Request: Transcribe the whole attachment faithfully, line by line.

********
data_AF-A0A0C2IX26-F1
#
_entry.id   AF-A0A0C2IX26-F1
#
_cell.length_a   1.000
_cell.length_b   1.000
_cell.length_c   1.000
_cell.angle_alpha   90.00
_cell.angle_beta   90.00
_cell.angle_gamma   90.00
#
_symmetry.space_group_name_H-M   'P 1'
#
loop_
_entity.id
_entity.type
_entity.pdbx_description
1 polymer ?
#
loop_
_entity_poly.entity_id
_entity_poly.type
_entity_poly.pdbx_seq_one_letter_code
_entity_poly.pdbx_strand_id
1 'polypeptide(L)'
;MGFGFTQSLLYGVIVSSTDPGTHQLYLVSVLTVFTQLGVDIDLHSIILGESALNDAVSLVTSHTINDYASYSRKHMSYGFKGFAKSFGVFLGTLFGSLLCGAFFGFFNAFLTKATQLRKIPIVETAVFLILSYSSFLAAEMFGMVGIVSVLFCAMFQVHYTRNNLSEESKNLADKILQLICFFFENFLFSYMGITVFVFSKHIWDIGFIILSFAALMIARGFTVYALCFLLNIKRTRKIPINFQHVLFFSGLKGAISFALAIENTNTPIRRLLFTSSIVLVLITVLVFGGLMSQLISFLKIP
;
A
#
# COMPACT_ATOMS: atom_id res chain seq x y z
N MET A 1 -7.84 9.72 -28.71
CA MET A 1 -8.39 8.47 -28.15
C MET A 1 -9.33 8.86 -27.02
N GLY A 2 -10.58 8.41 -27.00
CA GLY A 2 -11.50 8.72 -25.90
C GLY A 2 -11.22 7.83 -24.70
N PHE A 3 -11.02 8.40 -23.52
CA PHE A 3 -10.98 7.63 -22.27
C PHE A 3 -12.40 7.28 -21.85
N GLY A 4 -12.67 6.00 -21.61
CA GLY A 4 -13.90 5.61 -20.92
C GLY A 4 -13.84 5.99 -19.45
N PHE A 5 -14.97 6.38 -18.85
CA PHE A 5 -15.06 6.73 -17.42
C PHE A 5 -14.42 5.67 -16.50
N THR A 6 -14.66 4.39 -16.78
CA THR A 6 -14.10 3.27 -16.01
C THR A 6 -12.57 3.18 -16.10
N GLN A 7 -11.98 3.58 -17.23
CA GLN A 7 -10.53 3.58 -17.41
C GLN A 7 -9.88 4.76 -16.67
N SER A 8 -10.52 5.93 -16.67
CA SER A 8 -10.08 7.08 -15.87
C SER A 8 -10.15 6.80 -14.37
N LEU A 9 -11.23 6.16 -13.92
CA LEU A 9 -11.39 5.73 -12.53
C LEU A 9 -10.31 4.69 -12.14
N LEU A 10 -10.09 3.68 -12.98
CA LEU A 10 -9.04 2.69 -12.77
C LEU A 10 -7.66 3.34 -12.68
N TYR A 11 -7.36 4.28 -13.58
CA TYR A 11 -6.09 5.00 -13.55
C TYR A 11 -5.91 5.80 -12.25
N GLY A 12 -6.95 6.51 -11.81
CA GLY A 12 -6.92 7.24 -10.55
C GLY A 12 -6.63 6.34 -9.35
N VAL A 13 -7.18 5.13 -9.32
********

data_AF-A0A0C2IX26-F1
#
_entry.id   AF-A0A0C2IX26-F1
#
_cell.length_a   1.000
_cell.length_b   1.000
_cell.length_c   1.000
_cell.angle_alpha   90.00
_cell.angle_beta   90.00
_cell.angle_gamma   90.00
#
_symmetry.space_group_name_H-M   'P 1'
#
loop_
_entity.id
_entity.type
_entity.pdbx_description
1 polymer ?
#
loop_
_entity_poly.entity_id
_entity_poly.type
_entity_poly.pdbx_seq_one_letter_code
_entity_poly.pdbx_strand_id
1 'polypeptide(L)'
;MGFGFTQSLLYGVIVSSTDPGTHQLYLVSVLTVFTQLGVDIDLHSIILGESALNDAVSLVTSHTINDYASYSRKHMSYGFKGFAKSFGVFLGTLFGSLLCGAFFGFFNAFLTKATQLRKIPIVETAVFLILSYSSFLAAEMFGMVGIVSVLFCAMFQVHYTRNNLSEESKNLADKILQLICFFFENFLFSYMGITVFVFSKHIWDIGFIILSFAALMIARGFTVYALCFLLNIKRTRKIPINFQHVLFFSGLKGAISFALAIENTNTPIRRLLFTSSIVLVLITVLVFGGLMSQLISFLKIP
;
A
#
# COMPACT_ATOMS: atom_id res chain seq x y z
N MET A 1 -7.84 9.72 -28.71
CA MET A 1 -8.39 8.47 -28.15
C MET A 1 -9.33 8.86 -27.02
N GLY A 2 -10.58 8.41 -27.00
CA GLY A 2 -11.50 8.72 -25.90
C GLY A 2 -11.22 7.83 -24.70
N PHE A 3 -11.02 8.40 -23.52
CA PHE A 3 -10.98 7.63 -22.27
C PHE A 3 -12.40 7.28 -21.85
N GLY A 4 -12.67 6.00 -21.61
CA GLY A 4 -13.90 5.61 -20.92
C GLY A 4 -13.84 5.99 -19.45
N PHE A 5 -14.97 6.38 -18.85
CA PHE A 5 -15.06 6.73 -17.42
C PHE A 5 -14.42 5.67 -16.50
N THR A 6 -14.66 4.39 -16.78
CA THR A 6 -14.10 3.27 -16.01
C THR A 6 -12.57 3.18 -16.10
N GLN A 7 -11.98 3.58 -17.23
CA GLN A 7 -10.53 3.58 -17.41
C GLN A 7 -9.88 4.76 -16.67
N SER A 8 -10.52 5.93 -16.67
CA SER A 8 -10.08 7.08 -15.87
C SER A 8 -10.15 6.80 -14.37
N LEU A 9 -11.23 6.16 -13.92
CA LEU A 9 -11.39 5.73 -12.53
C LEU A 9 -10.31 4.69 -12.14
N LEU A 10 -10.09 3.68 -12.98
CA LEU A 10 -9.04 2.69 -12.77
C LEU A 10 -7.66 3.34 -12.68
N TYR A 11 -7.36 4.28 -13.58
CA TYR A 11 -6.09 5.00 -13.55
C TYR A 11 -5.91 5.80 -12.25
N GLY A 12 -6.95 6.51 -11.81
CA GLY A 12 -6.92 7.24 -10.55
C GLY A 12 -6.63 6.34 -9.35
N VAL A 13 -7.18 5.13 -9.32